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First Read's Morning Clips

A roundup of the most important political news stories of the day

OBAMA AGENDA: Obama meets Afghan president at White House

From the AP: "President Barack Obama welcomes Afghanistan's new president to the Oval Office on Tuesday with a fraught question staring them in the face: Will the U.S. slow its departure from Afghanistan — and for how long?"

The New York Times: "President Ashraf Ghani of Afghanistan is expected to urge President Obama in a White House meeting on Tuesday not to pull American military forces out of his country as quickly as planned, requesting an extension of assistance in combating a tenacious Taliban insurgency."

Benjamin Netanyahu has apologized for his remarks about Arab voters, but the White House isn't backing down on criticism of the comments he made shortly before his reeelection.

From the Wall Street Journal: "Israel Spied on Iran Nuclear Talks With U.S." MORE: "The espionage didn’t upset the White House as much as Israel’s sharing of inside information with U.S. lawmakers and others to drain support from a high-stakes deal intended to limit Iran’s nuclear program, current and former officials said."

The White House’s florist left the day before Valentine’s Day, and no one seems to know why.

CONGRESS: GOP tries to get creative in breaking budget deadlock

Roll Call finds a quirky rule that could help Republicans figure out their budget deadlock.

OFF TO THE RACES: How ISIS and Iran could shape 2016

The Wall Street Journal notes a phenomenon that's probably not great news for Rand Paul: ISIS and Iran are changing the calculation for presidential candidates.

BUSH: Then-President George W. Bush turned down several requests for disaster aid for his brother, the Boston Globe notes.

He's doing a fundraiser with his brother in Dallas Wednesday.

CLINTON: She "road-tested two themes likely to shape her pitch to voters in the 2016 presidential campaign—the value of working together and the need to combat economic inequality" during her appearance at the Center for American Progress, writes the Wall Street Journal.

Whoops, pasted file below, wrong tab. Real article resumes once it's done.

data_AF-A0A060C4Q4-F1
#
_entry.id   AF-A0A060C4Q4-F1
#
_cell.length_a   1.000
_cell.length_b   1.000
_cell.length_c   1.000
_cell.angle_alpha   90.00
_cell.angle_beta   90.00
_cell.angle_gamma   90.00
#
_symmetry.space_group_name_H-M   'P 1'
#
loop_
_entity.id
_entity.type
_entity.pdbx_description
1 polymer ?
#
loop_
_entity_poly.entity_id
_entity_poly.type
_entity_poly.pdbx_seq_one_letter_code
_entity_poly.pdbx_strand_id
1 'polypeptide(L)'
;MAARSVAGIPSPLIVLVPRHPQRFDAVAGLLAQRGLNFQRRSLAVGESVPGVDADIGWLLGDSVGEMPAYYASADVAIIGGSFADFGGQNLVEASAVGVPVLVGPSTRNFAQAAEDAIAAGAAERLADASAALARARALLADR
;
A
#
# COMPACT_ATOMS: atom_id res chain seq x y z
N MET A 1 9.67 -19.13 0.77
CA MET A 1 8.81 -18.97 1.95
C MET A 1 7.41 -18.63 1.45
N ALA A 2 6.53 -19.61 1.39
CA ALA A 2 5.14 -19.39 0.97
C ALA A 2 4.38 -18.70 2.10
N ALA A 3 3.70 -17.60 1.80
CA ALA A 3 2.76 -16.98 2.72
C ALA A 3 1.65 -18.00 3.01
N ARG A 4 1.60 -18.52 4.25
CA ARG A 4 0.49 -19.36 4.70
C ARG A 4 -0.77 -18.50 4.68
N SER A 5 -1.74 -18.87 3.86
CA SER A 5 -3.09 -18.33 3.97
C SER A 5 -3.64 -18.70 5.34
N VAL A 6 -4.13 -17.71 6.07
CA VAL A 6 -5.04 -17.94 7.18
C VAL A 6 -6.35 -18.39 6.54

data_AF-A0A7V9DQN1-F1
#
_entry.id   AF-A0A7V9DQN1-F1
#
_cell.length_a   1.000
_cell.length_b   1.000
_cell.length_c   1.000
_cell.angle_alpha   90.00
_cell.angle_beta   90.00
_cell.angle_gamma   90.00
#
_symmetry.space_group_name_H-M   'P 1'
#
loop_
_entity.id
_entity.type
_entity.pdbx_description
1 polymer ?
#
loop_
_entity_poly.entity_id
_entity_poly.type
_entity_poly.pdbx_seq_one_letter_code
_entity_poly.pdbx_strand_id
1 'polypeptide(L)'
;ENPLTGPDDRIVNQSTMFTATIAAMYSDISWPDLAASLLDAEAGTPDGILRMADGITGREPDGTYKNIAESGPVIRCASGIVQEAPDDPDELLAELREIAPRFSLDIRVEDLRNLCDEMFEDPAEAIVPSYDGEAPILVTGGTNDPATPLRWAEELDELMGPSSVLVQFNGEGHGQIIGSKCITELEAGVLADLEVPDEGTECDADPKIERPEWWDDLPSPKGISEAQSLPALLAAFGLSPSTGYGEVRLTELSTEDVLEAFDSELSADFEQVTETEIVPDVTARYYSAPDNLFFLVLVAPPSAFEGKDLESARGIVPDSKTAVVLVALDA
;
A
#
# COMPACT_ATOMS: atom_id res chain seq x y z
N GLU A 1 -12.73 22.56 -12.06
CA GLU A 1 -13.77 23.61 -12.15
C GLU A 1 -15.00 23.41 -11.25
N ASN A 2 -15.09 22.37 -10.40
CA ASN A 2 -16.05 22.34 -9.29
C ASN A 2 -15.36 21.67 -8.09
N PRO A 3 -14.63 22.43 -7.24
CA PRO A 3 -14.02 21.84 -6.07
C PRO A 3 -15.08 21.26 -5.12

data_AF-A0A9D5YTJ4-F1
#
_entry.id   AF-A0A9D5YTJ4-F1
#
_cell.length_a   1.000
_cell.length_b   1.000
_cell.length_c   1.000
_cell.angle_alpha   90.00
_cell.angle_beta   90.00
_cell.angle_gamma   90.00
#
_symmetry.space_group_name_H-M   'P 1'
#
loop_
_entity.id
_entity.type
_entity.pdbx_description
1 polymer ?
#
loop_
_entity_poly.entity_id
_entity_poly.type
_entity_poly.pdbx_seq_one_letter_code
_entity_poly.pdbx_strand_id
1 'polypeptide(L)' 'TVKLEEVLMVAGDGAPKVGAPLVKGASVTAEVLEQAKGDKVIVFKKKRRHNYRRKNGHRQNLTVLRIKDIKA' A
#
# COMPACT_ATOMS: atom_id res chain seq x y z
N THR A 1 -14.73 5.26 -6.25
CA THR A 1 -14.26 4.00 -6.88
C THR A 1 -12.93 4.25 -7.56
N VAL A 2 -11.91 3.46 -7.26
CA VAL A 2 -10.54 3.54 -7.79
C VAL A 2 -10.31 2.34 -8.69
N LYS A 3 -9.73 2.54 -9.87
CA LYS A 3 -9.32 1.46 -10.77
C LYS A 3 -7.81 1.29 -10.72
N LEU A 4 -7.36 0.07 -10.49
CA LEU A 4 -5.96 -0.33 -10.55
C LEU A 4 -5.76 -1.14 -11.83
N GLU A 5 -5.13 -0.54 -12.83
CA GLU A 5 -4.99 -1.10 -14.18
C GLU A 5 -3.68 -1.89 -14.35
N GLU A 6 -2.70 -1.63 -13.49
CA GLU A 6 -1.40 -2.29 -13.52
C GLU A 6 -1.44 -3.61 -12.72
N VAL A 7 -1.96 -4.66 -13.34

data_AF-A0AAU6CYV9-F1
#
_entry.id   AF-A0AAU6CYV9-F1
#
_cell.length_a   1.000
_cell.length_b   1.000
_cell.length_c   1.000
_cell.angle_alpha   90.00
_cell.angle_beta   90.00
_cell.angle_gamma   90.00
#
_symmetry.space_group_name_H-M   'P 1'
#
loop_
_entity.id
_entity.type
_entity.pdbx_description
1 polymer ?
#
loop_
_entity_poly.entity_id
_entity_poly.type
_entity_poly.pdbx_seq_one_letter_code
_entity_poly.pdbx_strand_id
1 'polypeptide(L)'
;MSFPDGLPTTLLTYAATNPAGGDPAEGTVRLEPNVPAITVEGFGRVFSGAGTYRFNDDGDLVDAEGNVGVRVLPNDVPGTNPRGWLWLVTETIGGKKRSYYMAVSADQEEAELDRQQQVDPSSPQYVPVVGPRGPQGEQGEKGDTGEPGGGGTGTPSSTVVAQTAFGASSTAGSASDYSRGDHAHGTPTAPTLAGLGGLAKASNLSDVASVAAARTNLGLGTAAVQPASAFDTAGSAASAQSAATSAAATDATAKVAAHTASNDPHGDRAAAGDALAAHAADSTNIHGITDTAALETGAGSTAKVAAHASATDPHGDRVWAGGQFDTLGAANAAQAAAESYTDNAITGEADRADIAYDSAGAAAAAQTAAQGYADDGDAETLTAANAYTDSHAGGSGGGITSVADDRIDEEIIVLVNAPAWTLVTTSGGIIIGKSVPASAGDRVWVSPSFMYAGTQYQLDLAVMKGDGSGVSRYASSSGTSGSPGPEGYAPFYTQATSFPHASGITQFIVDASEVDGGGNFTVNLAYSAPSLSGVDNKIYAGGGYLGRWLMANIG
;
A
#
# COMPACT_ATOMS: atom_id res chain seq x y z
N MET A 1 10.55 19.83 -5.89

She met with Obama for about an hour yesterday, the White House said.

CRUZ: Via the friendly folks at Facebook, his announcement video was viewed over 700,000 times on his Facebook page.

The New York Times, on Ted Cruz: "[A] brilliant and unusually ambitious upstart who chafed at orders from superiors and often rubbed people the wrong way but always saw himself destined for a lofty place in history."

The Des Moines Register notes that Cruz's path must run through Iowa.

The Washington Post editorial board: "[T]he most notable characteristic of Mr. Cruz’s brief time in elected politics has been his aversion to values that are essential to democracy’s functioning: practicality, modesty and compromise."

Cruz's entry means the race for the political right is on, notes the Washington Post.

KASICH: The AP's profile of the Ohio gov: "Kasich, 62, a two-term governor in one of the nation's most important swing states, a former House Budget Committee chairman, Lehman Brothers executive and Fox TV host, will reintroduce himself to New Hampshire voters Tuesday in public and private events that will help him assess his prospects. He'll be in Maine, New York, Michigan and the big primary state of South Carolina in coming weeks."

Here's what his day in New Hampshire looks like, via Paul Steinhauser.

JINDAL: From the Washington Post: "Jindal’s tax plan blessed by Norquist, cursed by conservatives in Louisiana"

PAUL: His first official campaign event in Iowa will target young voters, reports the Des Moines Register.

And around the country...

New York: POLITICO takes a look at the rise and fall of Andrew Cuomo, who has been "totally trapped" by Hillary Clinton.


*** Monday’s “News Nation with Tamron Hall” line-up: Tamron Hall speaks with Former NTSB Board member Kathryn Higgins and aviation security expert and former pilot Anthony Roman about the Airbus A320 which crashed in France, and Wall Street Journal reporter Adam Entous about his breaking story regarding Israel allegedly spying on closed door nuclear talks between The U.S. and Iran.